BISMARCK-North Dakota is fighting part of a federal judge's ruling that loosened the state's voter identification law.

Early this month, U.S. District Judge Daniel Hovland issued an order preventing the state from requiring that IDs include a "current residential street address, which Native American communities often lack. The state asked Tuesday, April 10, to delay that order while an appeal is pending.

The state also asked for a stay on Hovland's order requiring a voter education campaign, arguing that "informing the public now about information that may later change may cause more confusion."

Attorneys representing members of the Turtle Mountain Band of Chippewa, who sued Secretary of State Al Jaeger more than two years ago over previous voter ID changes, had not filed a response by mid-afternoon Thursday, April 19. But attorney Tom Dickson said they would fight the state's request.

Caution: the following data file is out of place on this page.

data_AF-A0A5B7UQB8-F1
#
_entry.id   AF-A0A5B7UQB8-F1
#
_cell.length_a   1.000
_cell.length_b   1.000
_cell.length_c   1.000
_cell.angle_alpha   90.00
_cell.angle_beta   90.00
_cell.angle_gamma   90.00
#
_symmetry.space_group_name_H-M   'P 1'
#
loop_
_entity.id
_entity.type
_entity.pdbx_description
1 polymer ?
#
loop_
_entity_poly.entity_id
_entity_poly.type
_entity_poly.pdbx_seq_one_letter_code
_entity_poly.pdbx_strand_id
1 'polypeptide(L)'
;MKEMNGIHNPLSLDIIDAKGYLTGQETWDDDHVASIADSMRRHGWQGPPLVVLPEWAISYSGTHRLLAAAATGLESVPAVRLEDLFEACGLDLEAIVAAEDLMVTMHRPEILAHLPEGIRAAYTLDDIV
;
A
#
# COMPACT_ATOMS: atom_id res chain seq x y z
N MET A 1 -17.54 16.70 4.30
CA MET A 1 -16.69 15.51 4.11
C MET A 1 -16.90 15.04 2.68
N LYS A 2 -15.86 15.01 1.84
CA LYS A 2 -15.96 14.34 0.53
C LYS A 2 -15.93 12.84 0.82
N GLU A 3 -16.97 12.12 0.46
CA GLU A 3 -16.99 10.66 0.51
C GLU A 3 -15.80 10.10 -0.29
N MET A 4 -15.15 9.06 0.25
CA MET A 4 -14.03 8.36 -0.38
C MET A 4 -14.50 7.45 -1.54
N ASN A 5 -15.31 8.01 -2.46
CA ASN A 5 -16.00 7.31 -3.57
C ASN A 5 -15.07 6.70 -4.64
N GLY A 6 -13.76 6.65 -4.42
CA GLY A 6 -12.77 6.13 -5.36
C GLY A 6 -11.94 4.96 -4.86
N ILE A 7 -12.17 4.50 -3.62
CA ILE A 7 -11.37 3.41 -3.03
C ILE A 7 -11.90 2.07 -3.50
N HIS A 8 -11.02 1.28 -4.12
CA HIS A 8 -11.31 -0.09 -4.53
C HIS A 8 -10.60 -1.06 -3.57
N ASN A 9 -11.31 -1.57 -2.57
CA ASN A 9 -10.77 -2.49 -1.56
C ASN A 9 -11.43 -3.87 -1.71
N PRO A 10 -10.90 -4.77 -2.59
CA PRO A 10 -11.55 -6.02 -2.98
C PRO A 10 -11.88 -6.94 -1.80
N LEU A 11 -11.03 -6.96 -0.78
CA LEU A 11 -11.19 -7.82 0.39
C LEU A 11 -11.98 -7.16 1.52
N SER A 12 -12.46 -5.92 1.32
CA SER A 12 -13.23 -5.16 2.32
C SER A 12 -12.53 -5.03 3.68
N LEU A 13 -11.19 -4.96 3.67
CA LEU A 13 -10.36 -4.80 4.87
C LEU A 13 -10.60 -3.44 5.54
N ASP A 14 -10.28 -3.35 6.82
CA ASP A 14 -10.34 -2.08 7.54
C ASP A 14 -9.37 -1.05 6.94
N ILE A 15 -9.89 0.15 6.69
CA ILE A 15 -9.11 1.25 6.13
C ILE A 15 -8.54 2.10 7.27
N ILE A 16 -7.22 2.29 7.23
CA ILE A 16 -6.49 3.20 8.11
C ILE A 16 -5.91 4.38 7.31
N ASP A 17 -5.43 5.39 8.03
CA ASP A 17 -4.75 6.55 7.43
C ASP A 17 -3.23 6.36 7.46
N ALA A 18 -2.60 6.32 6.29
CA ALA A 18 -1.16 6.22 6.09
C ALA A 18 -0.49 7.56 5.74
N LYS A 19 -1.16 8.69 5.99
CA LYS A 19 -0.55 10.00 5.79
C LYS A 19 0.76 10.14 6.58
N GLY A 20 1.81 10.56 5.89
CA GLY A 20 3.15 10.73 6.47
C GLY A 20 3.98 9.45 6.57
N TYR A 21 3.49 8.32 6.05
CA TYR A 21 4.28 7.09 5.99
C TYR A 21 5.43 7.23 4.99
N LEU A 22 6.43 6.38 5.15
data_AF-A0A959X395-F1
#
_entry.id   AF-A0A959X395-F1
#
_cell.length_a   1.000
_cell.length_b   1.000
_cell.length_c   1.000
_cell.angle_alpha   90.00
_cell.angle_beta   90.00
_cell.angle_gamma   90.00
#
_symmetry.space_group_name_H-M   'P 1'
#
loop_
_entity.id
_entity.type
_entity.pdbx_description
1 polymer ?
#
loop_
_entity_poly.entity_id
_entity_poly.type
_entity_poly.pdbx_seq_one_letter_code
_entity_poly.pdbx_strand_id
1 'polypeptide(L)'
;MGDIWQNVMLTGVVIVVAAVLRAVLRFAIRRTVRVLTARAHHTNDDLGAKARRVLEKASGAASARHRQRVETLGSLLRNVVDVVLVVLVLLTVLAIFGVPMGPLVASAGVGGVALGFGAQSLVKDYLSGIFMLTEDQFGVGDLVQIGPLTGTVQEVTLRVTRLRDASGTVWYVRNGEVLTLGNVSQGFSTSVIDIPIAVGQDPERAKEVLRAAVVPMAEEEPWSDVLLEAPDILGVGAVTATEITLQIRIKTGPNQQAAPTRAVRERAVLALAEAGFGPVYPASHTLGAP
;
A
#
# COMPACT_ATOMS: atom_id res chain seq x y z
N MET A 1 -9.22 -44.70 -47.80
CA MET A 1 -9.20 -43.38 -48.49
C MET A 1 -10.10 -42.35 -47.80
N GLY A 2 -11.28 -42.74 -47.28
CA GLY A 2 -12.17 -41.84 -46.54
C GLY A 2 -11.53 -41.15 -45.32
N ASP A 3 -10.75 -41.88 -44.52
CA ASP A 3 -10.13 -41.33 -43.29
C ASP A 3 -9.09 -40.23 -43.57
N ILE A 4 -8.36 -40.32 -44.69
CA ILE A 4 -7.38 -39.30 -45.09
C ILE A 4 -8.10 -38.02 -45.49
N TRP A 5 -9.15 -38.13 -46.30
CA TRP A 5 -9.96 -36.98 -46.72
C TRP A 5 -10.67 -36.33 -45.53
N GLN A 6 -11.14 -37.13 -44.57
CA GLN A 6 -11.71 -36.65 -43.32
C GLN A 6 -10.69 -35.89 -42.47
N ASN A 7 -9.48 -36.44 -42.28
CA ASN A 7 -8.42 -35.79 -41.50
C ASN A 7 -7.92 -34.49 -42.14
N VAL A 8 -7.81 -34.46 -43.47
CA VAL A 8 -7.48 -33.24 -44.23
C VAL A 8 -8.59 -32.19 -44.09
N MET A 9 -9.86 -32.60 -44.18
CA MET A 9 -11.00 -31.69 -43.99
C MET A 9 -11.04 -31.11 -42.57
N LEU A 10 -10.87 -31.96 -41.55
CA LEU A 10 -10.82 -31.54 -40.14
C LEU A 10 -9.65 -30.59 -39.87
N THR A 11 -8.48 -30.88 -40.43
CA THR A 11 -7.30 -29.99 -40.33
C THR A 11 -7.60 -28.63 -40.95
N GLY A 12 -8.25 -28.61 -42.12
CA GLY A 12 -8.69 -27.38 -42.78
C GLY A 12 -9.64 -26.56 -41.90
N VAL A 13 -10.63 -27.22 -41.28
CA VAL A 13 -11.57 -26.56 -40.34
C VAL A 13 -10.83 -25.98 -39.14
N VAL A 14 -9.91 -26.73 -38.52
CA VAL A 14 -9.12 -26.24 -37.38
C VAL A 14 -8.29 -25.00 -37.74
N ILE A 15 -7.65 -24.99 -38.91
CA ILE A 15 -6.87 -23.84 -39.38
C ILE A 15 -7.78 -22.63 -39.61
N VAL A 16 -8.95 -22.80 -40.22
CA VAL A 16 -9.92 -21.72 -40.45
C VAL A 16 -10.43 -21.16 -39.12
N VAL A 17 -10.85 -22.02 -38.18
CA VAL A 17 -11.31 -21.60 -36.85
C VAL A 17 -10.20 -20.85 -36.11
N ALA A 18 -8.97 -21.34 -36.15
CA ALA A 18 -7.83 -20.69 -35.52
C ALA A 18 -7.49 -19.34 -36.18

"That's what we litigated over," he said. "We're not going to just quit now."

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The state's brief supporting its request, which was signed by Attorney General Wayne Stenehjem and Deputy Solicitor General James Nicolai, argued Hovland's April 3 order could allow residents of other states to vote here.

"Nothing prevents a nonresident of North Dakota from maintaining a P.O. Box mailing address in North Dakota," the state's memo says.

North Dakota is the only state without voter registration.

Jaeger is hoping for some clarity soon, given the rapidly approaching June primary election.

"We're right up against it, in terms of instructing poll workers (about) what they can accept and can't accept," he said.

Republican legislators have promoted the voter ID law as an effort to prevent fraud, but Dickson has said it reflects broader efforts to suppress Democratic votes. He previously called Hovland's order a "common-sense decision."

But the order also eliminated affidavits that voters could use to swear to their eligibility at the polls. The Legislature removed that option in 2013, a move that helped prompt the lawsuit in the first place, but Hovland reinstated it just before the 2016 election.